Me, I Must
Don Chambers is dogged and in love. When Jenny Staley says she can't leave her ninety-one-year-old rifle-toting granny and her nineteen-year old daughter, Don invites them all to move into his condo. But Grandma Windy won't budge. Both the lovers are middle-aged, modern, divorced adults, there is no reason they cannot consummate their passion. They are on the verge of just that when the phone call comes from Don's octogenarian father. He has broken his hip and Don must transport him from Michigan to Don's Arizona home. When eventually the stingy old codger moves out and Don and Jenny are once more alone, who should arrive but Don's son Ron, a recent college dropout with a pet rabbit and a tank of oxygen to which he turns when life becomes too stressful, as it so often does.
Complications multiply, and through it all the hapless pair of lovers stumble along, their eyes on a simple goal -- marriage and release from the demands of being the filling in a generational sandwich of older parents and younger children. Whatever transpires in this true-to-life drama spiced with the author's dry wit, the journey is a wonderfully enjoyable one for the reader.
A comedy of good manners and bad relations, reflected by a quote from a noted scientist in a recent New York Times article on how increased lifespans are changing family life. "I estimate that half the 35-year-olds today will have a dependent parent alive for at least 20 years before that parent dies," said gerontologist Vern Bengtson. "Having aging and dependent parents at the same time as caring for your own children and grandchildren will be the major domestic crisis for the 21st century."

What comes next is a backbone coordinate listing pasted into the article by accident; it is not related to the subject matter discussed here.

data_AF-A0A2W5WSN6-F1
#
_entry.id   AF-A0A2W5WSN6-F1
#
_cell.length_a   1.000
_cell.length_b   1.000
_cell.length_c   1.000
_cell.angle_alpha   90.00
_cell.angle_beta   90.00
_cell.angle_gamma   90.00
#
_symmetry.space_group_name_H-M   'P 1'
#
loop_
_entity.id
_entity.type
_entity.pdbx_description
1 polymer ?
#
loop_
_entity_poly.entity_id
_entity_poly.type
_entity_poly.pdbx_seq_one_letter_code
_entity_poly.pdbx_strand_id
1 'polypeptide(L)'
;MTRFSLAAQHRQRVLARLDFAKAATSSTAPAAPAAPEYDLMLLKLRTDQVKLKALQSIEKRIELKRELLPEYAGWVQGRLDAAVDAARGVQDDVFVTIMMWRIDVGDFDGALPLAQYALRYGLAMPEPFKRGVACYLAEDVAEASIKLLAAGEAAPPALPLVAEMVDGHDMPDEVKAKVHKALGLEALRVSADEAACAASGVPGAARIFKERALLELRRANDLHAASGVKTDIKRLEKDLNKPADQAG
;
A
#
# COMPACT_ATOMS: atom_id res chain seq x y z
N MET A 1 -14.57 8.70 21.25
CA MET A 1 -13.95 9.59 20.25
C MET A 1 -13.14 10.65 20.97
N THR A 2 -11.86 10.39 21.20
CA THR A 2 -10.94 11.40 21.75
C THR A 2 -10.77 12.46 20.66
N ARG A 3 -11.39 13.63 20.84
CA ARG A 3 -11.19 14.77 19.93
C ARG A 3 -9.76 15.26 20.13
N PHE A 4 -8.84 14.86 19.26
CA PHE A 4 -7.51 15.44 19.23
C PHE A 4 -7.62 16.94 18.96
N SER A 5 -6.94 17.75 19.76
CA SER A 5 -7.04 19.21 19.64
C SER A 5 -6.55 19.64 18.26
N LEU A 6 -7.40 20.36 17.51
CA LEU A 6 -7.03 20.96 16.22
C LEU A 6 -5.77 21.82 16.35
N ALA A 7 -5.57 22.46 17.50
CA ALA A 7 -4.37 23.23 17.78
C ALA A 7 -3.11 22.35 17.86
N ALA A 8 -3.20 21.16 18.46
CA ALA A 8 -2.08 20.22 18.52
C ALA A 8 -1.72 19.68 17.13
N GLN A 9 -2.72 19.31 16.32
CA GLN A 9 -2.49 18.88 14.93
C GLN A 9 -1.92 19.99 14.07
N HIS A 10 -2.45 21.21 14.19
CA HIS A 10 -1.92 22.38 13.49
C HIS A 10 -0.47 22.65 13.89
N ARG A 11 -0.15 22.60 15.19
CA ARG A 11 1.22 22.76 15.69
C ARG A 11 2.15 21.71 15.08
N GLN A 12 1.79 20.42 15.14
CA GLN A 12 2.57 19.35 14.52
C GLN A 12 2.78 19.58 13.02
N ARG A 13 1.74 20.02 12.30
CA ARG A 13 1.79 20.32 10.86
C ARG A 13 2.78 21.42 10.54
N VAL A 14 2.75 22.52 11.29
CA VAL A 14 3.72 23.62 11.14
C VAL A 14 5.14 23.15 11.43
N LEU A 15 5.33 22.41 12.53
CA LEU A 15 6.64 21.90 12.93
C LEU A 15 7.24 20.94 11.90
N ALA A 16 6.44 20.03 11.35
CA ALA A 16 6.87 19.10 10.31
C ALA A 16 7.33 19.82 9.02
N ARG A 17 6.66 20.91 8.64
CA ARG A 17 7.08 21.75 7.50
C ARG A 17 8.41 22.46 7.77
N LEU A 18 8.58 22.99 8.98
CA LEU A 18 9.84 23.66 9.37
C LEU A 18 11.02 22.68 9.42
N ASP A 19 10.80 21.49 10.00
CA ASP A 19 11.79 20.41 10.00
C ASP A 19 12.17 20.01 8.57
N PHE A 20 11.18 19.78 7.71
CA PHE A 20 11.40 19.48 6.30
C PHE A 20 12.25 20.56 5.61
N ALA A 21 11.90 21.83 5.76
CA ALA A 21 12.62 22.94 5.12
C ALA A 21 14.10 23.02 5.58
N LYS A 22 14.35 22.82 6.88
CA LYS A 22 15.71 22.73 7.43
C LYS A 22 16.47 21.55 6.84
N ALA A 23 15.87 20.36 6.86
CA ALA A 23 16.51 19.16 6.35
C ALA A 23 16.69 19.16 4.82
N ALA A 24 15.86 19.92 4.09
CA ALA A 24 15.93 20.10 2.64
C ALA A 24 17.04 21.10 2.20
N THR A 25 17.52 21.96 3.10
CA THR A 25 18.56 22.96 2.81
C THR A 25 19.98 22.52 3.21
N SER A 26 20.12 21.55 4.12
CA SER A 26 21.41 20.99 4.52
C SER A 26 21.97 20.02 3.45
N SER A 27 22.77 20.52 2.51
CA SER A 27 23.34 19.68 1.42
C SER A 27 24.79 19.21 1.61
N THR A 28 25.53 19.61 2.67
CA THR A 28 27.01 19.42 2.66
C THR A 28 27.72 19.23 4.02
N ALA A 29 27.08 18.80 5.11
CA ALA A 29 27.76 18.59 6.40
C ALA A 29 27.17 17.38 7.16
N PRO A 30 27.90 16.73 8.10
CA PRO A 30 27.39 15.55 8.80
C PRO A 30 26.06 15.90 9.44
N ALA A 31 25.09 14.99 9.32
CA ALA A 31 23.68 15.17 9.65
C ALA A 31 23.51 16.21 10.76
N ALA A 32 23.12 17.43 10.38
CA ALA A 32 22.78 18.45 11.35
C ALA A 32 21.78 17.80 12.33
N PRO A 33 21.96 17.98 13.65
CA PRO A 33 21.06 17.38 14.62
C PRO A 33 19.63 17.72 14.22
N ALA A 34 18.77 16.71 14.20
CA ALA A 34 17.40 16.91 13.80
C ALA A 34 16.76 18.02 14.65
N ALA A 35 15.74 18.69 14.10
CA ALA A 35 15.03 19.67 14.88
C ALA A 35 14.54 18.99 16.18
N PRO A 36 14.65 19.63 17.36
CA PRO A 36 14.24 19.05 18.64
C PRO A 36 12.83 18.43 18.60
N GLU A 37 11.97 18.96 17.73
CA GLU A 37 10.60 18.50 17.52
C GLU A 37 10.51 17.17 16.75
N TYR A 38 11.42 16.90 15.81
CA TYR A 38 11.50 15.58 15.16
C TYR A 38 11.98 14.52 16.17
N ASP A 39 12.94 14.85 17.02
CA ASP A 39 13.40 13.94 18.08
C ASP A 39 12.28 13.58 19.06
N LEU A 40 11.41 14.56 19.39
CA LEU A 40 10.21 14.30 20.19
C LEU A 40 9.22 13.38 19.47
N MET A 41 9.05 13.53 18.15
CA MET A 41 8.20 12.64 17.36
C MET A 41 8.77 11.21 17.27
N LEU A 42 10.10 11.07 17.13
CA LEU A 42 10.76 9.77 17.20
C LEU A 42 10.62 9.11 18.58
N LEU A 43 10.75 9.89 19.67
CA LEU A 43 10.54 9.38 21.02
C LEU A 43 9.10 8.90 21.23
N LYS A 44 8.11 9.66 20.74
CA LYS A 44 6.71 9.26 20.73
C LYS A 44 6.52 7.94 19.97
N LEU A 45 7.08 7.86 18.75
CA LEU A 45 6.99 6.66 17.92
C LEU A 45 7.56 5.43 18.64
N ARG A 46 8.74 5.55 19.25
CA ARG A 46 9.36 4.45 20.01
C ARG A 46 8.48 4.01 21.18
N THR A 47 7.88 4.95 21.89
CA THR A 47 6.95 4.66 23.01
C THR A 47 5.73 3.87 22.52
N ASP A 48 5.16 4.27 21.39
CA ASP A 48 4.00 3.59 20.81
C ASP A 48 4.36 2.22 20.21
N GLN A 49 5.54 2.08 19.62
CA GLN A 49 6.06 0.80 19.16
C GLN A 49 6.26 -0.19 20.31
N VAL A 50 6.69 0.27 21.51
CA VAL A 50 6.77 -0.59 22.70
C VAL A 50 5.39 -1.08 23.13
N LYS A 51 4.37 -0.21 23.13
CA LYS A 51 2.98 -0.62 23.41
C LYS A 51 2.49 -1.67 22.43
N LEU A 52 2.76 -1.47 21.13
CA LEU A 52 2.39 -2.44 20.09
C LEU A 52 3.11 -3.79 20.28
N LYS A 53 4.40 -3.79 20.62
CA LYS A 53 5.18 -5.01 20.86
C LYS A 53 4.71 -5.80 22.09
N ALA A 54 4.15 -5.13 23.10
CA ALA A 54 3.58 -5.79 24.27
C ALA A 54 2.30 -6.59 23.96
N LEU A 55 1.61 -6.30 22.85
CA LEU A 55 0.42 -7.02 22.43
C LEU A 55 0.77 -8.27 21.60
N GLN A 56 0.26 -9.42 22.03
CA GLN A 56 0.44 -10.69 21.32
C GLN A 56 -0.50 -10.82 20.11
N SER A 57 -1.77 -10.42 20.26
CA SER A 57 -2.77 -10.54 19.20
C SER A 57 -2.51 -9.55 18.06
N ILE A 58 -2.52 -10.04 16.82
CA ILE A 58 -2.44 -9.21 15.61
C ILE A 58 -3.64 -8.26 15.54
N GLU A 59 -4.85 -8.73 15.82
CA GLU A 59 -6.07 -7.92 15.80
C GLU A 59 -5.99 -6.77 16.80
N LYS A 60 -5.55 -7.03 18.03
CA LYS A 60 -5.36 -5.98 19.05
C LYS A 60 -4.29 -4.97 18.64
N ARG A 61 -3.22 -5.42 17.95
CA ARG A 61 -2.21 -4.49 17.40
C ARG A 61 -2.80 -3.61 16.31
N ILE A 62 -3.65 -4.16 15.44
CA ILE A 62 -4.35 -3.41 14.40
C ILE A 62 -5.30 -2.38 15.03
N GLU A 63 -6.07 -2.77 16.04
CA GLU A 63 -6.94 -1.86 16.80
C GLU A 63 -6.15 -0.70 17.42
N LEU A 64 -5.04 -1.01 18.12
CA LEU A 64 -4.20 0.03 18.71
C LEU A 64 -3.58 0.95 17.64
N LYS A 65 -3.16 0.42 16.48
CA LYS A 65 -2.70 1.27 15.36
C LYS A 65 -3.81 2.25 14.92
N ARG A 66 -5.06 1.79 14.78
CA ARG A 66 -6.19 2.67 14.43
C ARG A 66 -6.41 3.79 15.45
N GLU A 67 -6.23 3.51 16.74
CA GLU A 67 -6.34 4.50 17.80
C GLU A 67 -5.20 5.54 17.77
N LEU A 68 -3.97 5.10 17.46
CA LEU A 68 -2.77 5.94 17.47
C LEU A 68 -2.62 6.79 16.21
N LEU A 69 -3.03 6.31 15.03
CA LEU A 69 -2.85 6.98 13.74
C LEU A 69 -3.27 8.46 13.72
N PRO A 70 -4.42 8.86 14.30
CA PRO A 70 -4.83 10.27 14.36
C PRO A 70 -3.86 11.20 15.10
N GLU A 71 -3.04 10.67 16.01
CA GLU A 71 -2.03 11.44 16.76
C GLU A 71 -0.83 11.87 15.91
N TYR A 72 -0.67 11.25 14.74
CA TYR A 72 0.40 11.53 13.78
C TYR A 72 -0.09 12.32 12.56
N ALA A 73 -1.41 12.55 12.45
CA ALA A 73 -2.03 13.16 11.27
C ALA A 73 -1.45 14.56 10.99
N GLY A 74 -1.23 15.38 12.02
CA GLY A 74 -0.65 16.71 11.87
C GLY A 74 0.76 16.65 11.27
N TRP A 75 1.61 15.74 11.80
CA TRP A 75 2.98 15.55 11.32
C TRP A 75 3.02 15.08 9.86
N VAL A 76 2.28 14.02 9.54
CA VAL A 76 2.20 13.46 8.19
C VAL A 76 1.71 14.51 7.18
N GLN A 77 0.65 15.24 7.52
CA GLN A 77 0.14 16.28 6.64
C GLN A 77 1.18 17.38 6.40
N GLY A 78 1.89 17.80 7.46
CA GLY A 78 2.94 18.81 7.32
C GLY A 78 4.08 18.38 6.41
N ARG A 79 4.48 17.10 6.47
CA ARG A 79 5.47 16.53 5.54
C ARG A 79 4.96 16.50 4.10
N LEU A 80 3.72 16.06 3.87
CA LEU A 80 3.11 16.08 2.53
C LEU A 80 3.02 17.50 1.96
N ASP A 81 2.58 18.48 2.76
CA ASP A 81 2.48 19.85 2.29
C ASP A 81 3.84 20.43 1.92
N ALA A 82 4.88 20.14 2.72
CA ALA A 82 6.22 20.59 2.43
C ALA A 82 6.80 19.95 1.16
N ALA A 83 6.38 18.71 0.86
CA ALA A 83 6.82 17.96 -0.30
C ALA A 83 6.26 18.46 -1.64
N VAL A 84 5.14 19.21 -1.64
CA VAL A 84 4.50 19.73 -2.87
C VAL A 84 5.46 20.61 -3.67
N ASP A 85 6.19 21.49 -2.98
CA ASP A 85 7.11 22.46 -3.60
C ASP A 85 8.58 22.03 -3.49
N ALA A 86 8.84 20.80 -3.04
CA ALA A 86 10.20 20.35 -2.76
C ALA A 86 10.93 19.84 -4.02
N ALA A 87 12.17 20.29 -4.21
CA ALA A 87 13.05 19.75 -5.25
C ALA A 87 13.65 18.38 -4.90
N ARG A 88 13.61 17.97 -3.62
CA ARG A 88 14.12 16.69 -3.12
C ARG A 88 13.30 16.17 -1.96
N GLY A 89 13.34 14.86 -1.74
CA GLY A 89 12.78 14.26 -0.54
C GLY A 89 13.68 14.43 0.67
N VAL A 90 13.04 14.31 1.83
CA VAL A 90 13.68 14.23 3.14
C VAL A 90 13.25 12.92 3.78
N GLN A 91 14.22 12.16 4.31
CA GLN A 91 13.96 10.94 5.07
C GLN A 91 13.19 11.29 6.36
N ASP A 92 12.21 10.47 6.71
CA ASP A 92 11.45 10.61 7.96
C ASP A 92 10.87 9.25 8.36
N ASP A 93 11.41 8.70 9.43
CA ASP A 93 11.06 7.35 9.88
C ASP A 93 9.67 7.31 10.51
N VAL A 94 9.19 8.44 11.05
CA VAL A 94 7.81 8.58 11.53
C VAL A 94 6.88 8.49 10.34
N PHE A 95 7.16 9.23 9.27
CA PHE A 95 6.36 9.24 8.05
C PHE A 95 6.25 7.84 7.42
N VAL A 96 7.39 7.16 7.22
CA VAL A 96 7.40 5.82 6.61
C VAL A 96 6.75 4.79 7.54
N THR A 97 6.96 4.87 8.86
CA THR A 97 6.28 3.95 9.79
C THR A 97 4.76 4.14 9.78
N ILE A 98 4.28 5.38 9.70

Glendon's last novel, a contemporary comedic romance, in which he cast the serious problems of the "sandwich generation," of which he was one of the first members, in a comic light. Published posthumously, Pinch Me remains as up-to-date as tomorrow's newspapers in illuminating the growing problems today's baby boomers face getting crunched in the ever-widening generation gap.
Pinch Me should definitely be made into a low-budget contemporary comic romance, for it reads like an American version of the surprise British hit, Four Weddings and a Funeral, although in this case the comic emphasis is on the funerals! Certainly all the generational elements are here for a spin-off TV situation comedy as well. Screenplay adaptation available from Hoodwinks Productions (310-578-5404).
"42-year-old Don Chambers and his betrothed, 38-year-old Jenny Staley, are beginning to think they might never get married. Life has gotten in the way -- first, in the form of Jenny's 91-year-old grandmother, Windy Coon, and next, in the form of Don's 83-year-old father, Harry. To top it off, their teenage children from previous marriages have fallen in love with each other, and the daughter is pregnant (which means their children are having sex, even though Don and Jenny haven't quite gotten around to it). Their engagement from hell consists of medicines, blasting television sets, raging hormones, pitiful real estate sales, and impending bankruptcy. And every time they think it can't get any worse, of course it does. Sounds depressing, but the late Swarthout's playful writing style and go-with-the-flow philosophy make this novel a quick and delicious read. Its humor heals us while its frankness about old age, death, money, and life's complications wakes us up." Kathryn Broderick, Booklist.
"Delightful and humorous reading of a three-fold generation gap set to the background of the trendy Phoenix/Scottsdale area of high-rise condos and retirement meccas. The late author Swarthout is well-known for his long list of popular novels and films and lived in Scottsdale." Books of the Southwest.